Investigators, said the source, felt their suspect was a sick guy and whether or not he was JonBenet Ramsey's killer, they were "really worried that we would end up with another dead child, or at least somebody badly sexually abused."
Nate Karr, brother of the suspect, says the arrest is a mistake, the accusations are "ridiculous, without a doubt," and the e-mail authorities found suspicious is related to a book his brother has been writing.
Authorities haven't yet disclosed what evidence allegedly ties Karr to the crime.
"A conviction isn't necessarily going to be a slam-dunk here," says CBS News legal analyst Andrew Cohen. "All of the problems that plagued investigators and police for all these years — the contamination of the crime scene and all that — doesn't just go away now... If you are a prosecutor or an investigator, you are looking for a confession that is going to stand up in court, or some sort of DNA or other physical link between the suspect and the crime scene: something that cannot be explained away by a good defense attorney, who is going to focus upon the contamination of the crime scene right after the murder."
Images of JonBenet performing in a cowgirl costume and other beauty pageant outfits turned up on TV and in the papers soon after her body was discovered, and over the years, have sparked many theories about her killing.
Investigators said at one point that JonBenet's parents were under an "umbrella of suspicion." They insisted that an intruder had killed their daughter, and warned other parents in Boulder to be aware that a killer was out there somewhere, unrestrained and unpunished.
Patsy Ramsey also chastised the media and blasting local law enforcement as incompetent.
In a statement Wednesday, John Ramsey said: "Patsy was aware that authorities were close to making an arrest in the case, and had she lived to see this day, would no doubt have been as pleased as I am with today's development, almost ten years after our daughter's murder."
Lib Waters of Marietta, Ga., visited the gravesites of Patsy and JonBenet Ramsey in the Atlanta suburb immediately after hearing news reports about the arrest.
Waters, who described herself as a longtime friend of the Ramsey family, taped a piece of notebook paper to JonBenet Ramsey's headstone that read: "Dearest Patsy, Justice has come for you and Jon. Rest in peace."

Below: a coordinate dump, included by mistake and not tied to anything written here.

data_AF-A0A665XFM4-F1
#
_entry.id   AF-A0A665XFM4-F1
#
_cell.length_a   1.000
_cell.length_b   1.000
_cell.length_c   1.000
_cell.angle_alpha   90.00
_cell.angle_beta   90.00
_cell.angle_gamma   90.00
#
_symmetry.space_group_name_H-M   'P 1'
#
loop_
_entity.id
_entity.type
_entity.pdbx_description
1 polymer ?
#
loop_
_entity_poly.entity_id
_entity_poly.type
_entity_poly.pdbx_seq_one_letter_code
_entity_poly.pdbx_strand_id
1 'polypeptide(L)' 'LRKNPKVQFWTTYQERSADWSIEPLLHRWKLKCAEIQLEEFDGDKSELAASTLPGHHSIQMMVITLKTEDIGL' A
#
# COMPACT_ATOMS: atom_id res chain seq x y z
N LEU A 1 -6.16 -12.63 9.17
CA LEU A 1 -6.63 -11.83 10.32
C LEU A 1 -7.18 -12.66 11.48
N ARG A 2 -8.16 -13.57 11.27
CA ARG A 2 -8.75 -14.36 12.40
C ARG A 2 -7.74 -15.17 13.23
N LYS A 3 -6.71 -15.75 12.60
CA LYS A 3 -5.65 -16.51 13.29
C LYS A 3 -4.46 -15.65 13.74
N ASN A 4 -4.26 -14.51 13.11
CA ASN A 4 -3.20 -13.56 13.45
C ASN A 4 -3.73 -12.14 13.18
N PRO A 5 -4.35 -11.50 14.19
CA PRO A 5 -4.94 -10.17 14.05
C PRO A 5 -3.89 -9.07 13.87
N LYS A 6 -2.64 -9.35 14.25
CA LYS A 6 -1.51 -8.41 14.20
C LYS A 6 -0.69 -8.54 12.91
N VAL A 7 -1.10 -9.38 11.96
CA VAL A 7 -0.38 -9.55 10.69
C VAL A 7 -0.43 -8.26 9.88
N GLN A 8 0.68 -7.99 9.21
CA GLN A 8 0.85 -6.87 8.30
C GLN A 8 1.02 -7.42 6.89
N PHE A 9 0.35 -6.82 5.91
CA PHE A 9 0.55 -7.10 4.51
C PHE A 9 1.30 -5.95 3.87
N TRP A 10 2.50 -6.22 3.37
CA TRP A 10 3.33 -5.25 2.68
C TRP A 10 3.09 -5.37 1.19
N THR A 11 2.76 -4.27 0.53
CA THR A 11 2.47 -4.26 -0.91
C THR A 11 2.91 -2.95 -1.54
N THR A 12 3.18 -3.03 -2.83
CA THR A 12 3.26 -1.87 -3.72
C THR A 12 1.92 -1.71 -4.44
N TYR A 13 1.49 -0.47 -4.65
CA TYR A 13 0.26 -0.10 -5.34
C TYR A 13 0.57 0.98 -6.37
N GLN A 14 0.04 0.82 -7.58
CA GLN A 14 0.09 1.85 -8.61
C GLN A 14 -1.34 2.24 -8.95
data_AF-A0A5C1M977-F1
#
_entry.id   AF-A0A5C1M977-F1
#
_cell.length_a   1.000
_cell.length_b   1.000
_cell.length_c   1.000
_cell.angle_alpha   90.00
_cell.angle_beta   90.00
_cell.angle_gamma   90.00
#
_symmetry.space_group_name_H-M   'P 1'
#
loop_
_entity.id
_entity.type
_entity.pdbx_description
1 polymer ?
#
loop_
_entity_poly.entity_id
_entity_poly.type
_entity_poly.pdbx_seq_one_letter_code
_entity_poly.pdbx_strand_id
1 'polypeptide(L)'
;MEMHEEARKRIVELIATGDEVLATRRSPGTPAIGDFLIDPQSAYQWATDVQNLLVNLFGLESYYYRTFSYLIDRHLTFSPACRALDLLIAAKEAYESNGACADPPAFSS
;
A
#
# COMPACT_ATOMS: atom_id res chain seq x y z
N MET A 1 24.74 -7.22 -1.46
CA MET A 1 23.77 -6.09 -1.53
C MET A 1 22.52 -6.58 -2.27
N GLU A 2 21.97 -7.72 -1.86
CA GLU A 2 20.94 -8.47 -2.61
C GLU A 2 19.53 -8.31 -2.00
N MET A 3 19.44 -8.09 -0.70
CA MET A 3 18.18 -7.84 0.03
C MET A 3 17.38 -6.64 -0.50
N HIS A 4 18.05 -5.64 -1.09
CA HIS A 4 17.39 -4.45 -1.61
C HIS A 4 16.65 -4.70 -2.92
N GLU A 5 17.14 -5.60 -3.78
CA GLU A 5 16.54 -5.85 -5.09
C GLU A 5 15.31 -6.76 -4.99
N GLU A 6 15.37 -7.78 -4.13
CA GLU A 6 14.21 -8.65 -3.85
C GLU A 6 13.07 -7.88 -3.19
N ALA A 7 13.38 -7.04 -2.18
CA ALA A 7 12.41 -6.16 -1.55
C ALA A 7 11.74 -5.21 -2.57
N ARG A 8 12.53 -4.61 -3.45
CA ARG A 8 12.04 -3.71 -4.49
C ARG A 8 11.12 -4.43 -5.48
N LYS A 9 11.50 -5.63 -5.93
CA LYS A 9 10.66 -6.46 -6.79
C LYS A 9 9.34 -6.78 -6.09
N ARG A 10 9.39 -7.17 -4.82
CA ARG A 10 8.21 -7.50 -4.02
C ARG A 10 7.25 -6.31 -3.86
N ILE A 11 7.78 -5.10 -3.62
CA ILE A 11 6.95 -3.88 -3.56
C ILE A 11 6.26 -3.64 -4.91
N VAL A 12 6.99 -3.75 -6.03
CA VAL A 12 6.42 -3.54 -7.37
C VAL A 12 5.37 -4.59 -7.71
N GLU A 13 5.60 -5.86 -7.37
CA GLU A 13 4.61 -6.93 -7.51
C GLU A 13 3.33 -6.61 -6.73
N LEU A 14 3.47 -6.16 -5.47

KUSA-TV of Denver, citing no sources, reported that the suspect has confessed to certain elements of the crime.
Bob Grant, a former Adams County district attorney who worked on the case, said there was never enough evidence to convince him that any potential suspect could be successfully prosecuted.
"I wasn't convinced it was an inside job, nor was I convinced it was an outside job," he said. "All the outside suspects were cleared after exhaustive investigation, and there were a whole lot of outside suspects."
Patsy Ramsey made the 911 call on Dec. 26, 1996, telling police that her daughter was missing. "There's a note left and our daughter's gone," she said breathlessly.
Boulder police responded immediately to Ramsey's call for help, and what first looked like a kidnapping quickly became a murder investigation, when JonBenet's body was found by her father in a small storage room in the basement of her house.
Because of the bizarre ransom note, and the fact that JonBenet was killed in her own home, detectives focused on her parents, John and Patsy, as their prime suspects.
Boulder police brushed aside many of the leads that came in, and dismissed the possibility that an intruder had somehow slipped inside the house and committed the murder.
Throughout lengthy and sometimes hostile police interrogations, both in 1998 and 2000, the Ramseys maintained their innocence. A 2005 48 Hours report found thatthe parents as suspects and investigators were no longer focusing on the Ramsey family.
The couple wrote a book, "The Death of Innocence," which was published in 2000.